Re-integration after the trip to Italy was problematic. He had difficulty readjusting after the material comforts of Italy. The last of eight children, he travels 1km daily to go to school.

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hearts of zimbabwe 07
Harare, Zimbabwe
By Giovanni Diffidenti
31 May 2014

Lucia Grassi, a catholic lay missionary from the diocese of Rimini, Italy, plays with a group of orphans at Luisa Guidotti Mission Hospital in Mutoko. Zimbabwe.

Lucia is the person who facilitates the beurocratic part of the project between Italian and Zimbabwean embassies. She arranges visas for Zimbabwean children and their families who travel to Italy for heart surgery.

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Prosthetic Limb Center for Syrians
Reyhanli, Turkey
By Transterra Editor
26 Nov 2013

A prosthetic limb center recently opened just outside Reyhanli, Turkey. The center helps those who have lost limbs in the fighting in Syria. The center manufactures high quality prosthetics on-site, assigns them to the wounded and helps with the rehabilitation process afterwards.

The clinic now produces limbs with a quality that can be compared to European standards, however, none of the staff at the center have a medical background. Some of the staff are previous patients, and have been trained by teams visiting from teams that also visit Pakistan, the UK and elsewhere in Turkey.

The clinic is already treating up to 10 patients a day, but there are thousands more in need. To reach them those in need, there are plans in progress to launch a mobile center that will work from inside Syria next year.

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The Antechamber of Life
Lebanon Arsal
By Transterra Editor
22 Oct 2013

Arsal, a Lebanese border city with Syria, is a haven for the more than 12,000 Syrians who fled the fighting of the region of Qalamoun recently. Inside a building under construction in the small city, which today hosts more Syrians than Lebanese, the Union of Syrian Organizations of Medical Aid (UOSSM) organizes a formation on war medicine for 32 Syrian doctors and nurses every month.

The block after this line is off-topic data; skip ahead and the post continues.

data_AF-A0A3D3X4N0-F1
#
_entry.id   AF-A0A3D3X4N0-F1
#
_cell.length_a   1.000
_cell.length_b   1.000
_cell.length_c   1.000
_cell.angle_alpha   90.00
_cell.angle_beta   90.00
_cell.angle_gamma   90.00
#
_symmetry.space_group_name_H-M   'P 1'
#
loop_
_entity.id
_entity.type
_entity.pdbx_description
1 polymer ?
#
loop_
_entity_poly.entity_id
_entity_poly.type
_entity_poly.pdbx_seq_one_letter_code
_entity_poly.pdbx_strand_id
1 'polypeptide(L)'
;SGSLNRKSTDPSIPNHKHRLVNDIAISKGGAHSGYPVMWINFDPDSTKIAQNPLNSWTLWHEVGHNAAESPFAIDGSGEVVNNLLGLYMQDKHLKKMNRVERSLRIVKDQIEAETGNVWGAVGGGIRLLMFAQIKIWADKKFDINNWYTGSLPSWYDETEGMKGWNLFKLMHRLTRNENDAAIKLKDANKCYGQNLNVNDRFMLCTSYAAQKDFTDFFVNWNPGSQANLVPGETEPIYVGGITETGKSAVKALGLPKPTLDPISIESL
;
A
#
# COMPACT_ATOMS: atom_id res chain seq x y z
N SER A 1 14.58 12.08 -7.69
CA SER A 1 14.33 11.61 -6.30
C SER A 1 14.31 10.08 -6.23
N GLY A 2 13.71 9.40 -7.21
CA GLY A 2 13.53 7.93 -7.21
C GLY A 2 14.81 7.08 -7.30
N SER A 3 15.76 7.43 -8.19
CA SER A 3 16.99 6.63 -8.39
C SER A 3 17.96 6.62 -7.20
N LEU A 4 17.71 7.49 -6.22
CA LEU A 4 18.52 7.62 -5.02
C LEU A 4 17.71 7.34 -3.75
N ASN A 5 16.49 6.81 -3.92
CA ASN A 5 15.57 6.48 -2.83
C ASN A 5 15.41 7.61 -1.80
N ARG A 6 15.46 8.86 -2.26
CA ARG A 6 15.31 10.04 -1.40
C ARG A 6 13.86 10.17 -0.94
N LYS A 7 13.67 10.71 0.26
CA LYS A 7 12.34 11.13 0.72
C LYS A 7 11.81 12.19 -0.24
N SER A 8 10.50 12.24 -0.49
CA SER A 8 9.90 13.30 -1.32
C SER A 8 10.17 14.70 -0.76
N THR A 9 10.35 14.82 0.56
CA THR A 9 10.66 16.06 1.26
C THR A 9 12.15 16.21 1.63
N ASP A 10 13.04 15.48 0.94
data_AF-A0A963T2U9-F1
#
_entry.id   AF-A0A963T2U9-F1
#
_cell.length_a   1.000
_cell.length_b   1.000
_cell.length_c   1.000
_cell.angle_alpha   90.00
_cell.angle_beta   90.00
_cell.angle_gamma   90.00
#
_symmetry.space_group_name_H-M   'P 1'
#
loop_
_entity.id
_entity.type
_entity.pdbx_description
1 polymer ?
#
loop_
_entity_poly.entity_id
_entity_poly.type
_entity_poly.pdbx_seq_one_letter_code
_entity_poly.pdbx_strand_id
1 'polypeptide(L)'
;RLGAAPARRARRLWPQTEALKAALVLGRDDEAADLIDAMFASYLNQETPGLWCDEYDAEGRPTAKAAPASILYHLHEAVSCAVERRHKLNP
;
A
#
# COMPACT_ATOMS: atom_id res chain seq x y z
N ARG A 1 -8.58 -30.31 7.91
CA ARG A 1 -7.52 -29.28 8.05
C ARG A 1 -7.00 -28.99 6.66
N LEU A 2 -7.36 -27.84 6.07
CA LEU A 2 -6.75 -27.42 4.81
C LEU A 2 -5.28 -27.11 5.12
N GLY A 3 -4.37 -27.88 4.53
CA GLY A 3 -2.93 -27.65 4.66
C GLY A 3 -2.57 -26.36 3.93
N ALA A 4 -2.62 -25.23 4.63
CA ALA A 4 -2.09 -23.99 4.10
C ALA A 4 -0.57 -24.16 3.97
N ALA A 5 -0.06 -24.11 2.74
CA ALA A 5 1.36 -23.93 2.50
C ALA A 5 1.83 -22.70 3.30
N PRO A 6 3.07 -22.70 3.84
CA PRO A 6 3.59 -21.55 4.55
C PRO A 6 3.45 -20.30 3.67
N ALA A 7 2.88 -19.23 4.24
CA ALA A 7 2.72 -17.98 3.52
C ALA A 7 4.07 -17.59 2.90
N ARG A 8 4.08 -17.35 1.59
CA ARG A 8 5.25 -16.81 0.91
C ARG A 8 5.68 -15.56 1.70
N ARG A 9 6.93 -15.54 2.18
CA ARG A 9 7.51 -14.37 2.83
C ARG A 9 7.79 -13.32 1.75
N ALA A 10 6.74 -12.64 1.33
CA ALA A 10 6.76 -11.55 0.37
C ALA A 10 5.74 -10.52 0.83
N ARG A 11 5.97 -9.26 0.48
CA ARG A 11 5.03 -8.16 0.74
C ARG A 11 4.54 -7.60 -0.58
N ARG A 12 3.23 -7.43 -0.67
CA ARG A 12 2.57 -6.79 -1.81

In October, most of the trainees were originated from Qusayr, Syria, where they had to treat patients in clandestine clinics, hidden from the eyes of the Syrian authorities. Some were imprisoned and others tortured because they were treating civilians in secret. When the city was taken by the Syrian regime in summer 2013, they had to flee to Arsal, where they built a hospital inside of a mosque. There, they began to cure the injured from Qusayr, before being overwhelmed by the injured from the region of Qalamoun, the new epicentre of the Syrian civil war.

Between the 28th of November and the 3rd of December, half of the doctors and nurses who attended the formation were coming from Qalamoun. Some had lost their parents, other their children. But all were determined to learn the vital techniques to cure in the conditions of violence and shortage. Once trained and back in Syria, they will reproduce what they learned and train the rare doctors and nurses who still treat civilians among the ruins of Syria.

In the midst of a war where humanitarian right is seldom respected and where doctors are considered as targets by the Syrian regime, Raphaël Pitti, a former French war doctor and founder of the UOSSM, decided to organize formations of war medicine in Turkey, Syria and Lebanon, to teach to local doctors how to save lives in conditions of war. Today, 300 doctors and 350 nurses have been trained by the UOSSM. In the rebel areas of Syria, where international NGOs have no access, they remain the only people who can still save lives... at the risk of their own.

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Chapulling Generation, Occupy Gezi Park
Istanbul, Turkey
By Mais Istanbuli
11 Jun 2013

Musicians, artists, doctors, nurses, students, activists, environmentalists have joined the rallies against the Turkish government that they believe threatens their freedom and way of life. The Park (Gezi) became a symbol of civil resistence, a laboratory for a new culture of resistance.